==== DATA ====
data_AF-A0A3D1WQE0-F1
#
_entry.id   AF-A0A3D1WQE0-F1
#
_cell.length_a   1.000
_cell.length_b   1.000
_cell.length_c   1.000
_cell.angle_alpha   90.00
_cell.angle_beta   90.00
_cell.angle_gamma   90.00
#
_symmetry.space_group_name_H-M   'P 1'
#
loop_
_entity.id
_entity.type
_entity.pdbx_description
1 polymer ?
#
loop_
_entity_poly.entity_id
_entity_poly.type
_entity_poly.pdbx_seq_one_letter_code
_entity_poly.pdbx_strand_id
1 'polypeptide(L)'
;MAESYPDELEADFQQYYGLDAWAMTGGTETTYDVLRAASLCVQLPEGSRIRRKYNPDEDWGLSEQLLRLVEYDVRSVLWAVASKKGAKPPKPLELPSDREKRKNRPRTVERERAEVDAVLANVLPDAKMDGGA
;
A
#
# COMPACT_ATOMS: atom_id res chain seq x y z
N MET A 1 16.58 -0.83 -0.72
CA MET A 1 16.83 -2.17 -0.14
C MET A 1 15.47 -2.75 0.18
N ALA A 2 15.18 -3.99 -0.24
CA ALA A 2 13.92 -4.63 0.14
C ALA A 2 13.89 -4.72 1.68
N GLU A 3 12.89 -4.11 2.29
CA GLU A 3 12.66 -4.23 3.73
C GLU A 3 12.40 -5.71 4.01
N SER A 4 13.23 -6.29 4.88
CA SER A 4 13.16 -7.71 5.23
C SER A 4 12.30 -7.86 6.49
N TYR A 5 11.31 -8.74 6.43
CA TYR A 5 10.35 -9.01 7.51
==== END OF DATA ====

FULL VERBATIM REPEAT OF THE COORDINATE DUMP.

data_AF-A0A3D1WQE0-F1
#
_entry.id   AF-A0A3D1WQE0-F1
#
_cell.length_a   1.000
_cell.length_b   1.000
_cell.length_c   1.000
_cell.angle_alpha   90.00
_cell.angle_beta   90.00
_cell.angle_gamma   90.00
#
_symmetry.space_group_name_H-M   'P 1'
#
loop_
_entity.id
_entity.type
_entity.pdbx_description
1 polymer ?
#
loop_
_entity_poly.entity_id
_entity_poly.type
_entity_poly.pdbx_seq_one_letter_code
_entity_poly.pdbx_strand_id
1 'polypeptide(L)'
;MAESYPDELEADFQQYYGLDAWAMTGGTETTYDVLRAASLCVQLPEGSRIRRKYNPDEDWGLSEQLLRLVEYDVRSVLWAVASKKGAKPPKPLELPSDREKRKNRPRTVERERAEVDAVLANVLPDAKMDGGA
;
A
#
# COMPACT_ATOMS: atom_id res chain seq x y z
N MET A 1 16.58 -0.83 -0.72
CA MET A 1 16.83 -2.17 -0.14
C MET A 1 15.47 -2.75 0.18
N ALA A 2 15.18 -3.99 -0.24
CA ALA A 2 13.92 -4.63 0.14
C ALA A 2 13.89 -4.72 1.68
N GLU A 3 12.89 -4.11 2.29
CA GLU A 3 12.66 -4.23 3.73
C GLU A 3 12.40 -5.71 4.01
N SER A 4 13.23 -6.29 4.88
CA SER A 4 13.16 -7.71 5.23
C SER A 4 12.30 -7.86 6.49
N TYR A 5 11.31 -8.74 6.43
CA TYR A 5 10.35 -9.01 7.51